By Stephen Weir
Actors, stick fighters, stilt walkers and calypso stars will “dingolay” in Centennial Park in Scarborough at the Ol’ Time Carnival, Bacchanal in d’ Plantation Yard! on
The show tells the story about how the Trinidad carnival started.
“ Ol’ Time Carnival came about after I met a young woman who told me she was going play mas’ in the Toronto’s Carnival Parade. I asked her if she knew why we play mas’. She said she didn’t, which made me mad,” show co-producer and writer Jacky Forde told the Caribbean Camera in a late night mas camp interview earlier this week.
“But then we (pointing at her husband, Clarence) got to thinking, why don’t we tell the truth, the real story of how carnival came to be and what it all means.”
The couple, both well-known costume designers, set about to use all of the carnival arts to take its audience back to 19th century Trinidad. It was the summer of 1834 and on August 1st slavery was officially abolished. It was the night before emancipation in the Gonsales Cocoa Plantation.”
“ This is my family story. It was my great- great uncle who gathered all the children into the tenement yard on August 1st and told them what happened,” said Clarence. “ Those children grew old and told the story to their children and so on down to now. I based the Ol’ Time Carnival storyline on what my uncle had said!”
“It is 4 o’clock in the morning, the last hours of slavery. The story opens with Baby Doll looking to find the father of her child,” he related.“ The male slaves were often thrown into the unlit huts and expected to breed. The women didn’t know who they had been with and the men didn’t know if they were even fathers.”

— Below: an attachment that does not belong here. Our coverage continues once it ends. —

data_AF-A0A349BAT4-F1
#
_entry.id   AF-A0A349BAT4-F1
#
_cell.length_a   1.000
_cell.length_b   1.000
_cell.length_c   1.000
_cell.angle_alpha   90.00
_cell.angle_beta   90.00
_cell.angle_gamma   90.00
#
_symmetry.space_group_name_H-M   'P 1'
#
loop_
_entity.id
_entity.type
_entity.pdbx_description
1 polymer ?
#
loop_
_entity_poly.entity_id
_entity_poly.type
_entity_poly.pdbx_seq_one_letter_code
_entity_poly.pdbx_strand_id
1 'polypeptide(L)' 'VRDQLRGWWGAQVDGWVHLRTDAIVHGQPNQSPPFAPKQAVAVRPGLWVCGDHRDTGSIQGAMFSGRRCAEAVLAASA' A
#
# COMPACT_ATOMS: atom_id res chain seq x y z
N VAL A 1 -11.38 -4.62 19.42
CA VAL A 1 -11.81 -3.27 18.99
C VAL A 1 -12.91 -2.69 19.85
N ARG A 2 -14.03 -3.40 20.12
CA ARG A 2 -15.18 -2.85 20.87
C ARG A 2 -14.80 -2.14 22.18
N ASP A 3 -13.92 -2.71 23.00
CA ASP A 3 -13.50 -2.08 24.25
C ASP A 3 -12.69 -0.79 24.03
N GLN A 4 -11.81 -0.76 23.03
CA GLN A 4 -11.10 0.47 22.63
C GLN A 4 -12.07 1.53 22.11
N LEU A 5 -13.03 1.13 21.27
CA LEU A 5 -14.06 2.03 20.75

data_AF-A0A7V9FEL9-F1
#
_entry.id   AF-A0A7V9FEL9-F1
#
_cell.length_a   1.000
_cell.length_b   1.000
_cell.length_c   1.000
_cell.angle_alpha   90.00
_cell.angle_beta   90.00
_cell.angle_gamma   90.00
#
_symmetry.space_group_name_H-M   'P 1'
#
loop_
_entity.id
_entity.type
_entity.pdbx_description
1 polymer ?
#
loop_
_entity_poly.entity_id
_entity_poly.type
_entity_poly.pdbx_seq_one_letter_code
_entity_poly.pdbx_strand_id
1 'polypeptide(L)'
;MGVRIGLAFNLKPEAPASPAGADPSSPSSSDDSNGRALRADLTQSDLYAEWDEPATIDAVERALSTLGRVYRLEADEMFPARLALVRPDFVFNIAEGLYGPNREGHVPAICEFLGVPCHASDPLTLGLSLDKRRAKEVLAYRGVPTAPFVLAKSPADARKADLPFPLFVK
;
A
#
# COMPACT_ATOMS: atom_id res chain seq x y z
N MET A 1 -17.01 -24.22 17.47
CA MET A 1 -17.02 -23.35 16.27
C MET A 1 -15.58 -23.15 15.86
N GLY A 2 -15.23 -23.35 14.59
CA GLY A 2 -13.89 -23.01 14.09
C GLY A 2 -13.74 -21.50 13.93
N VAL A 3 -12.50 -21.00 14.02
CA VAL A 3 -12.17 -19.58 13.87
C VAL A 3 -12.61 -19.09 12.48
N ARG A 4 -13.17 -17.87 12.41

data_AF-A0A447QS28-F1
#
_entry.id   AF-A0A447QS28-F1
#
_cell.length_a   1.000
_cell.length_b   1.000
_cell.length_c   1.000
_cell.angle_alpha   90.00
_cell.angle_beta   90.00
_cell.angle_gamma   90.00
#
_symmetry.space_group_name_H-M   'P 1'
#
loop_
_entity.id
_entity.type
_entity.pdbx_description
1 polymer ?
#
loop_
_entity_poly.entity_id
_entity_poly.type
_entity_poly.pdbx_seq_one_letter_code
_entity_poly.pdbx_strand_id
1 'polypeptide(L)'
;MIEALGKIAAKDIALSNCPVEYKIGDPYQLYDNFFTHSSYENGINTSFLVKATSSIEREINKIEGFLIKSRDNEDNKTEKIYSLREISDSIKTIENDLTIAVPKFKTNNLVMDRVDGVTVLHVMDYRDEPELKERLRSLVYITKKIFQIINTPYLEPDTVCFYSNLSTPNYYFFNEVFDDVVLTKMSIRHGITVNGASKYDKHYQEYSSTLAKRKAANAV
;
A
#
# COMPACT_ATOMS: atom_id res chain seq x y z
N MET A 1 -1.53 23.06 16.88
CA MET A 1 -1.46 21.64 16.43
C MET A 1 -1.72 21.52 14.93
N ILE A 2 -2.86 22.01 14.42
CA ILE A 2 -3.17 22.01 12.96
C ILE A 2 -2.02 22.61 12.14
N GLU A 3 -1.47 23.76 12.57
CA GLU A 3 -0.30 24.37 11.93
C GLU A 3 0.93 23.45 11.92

Baby Doll was a popular figure in the early Carnival parades. The masquerader portrays a gaily-dressed doll decked out in a frilled dress and bonnet. In her arms she carries a doll that symbolizes an illegitimate baby. She stops male passers-by and accuses them of being the baby’s father.
“ We don’t want to give it all away, but Baby Doll’s search brings out the moko jumbies, stick fighters, dancers and two of the best Canadian Calypso singers,” said Jackie Forde, who co-wrote the script with Michelle Parson who also plays Thelma, the washerwoman, and is in the opening scene.”
This is the third summer that the Cajuca Mas’ Arts Producers has told the story of Carnival’s first year.
There are 45 performers, including two Calypso singers Connector (Joel Davis) and King Cosmos (Henry Gomez). “ They will be singing some of the original songs of 1834, based on the lyrics that our uncle’s uncle told us. You don’t forget. They will be singing with Hummingbird Drummers, lead by Keith Pascall “
Organizers have described the show as a “free, family friendy, rain or shine event”
And for those who are planning to attend, the organizers have some advice:
“Bring a lawn chair and wear sunscreen. ”
Showtime: 3 p.m.
There will be a repeat performance of Ol’ Time Carnival, Bacchanal in d’ Plantation Yard! on the evening of July 31 at the base of the CN Tower.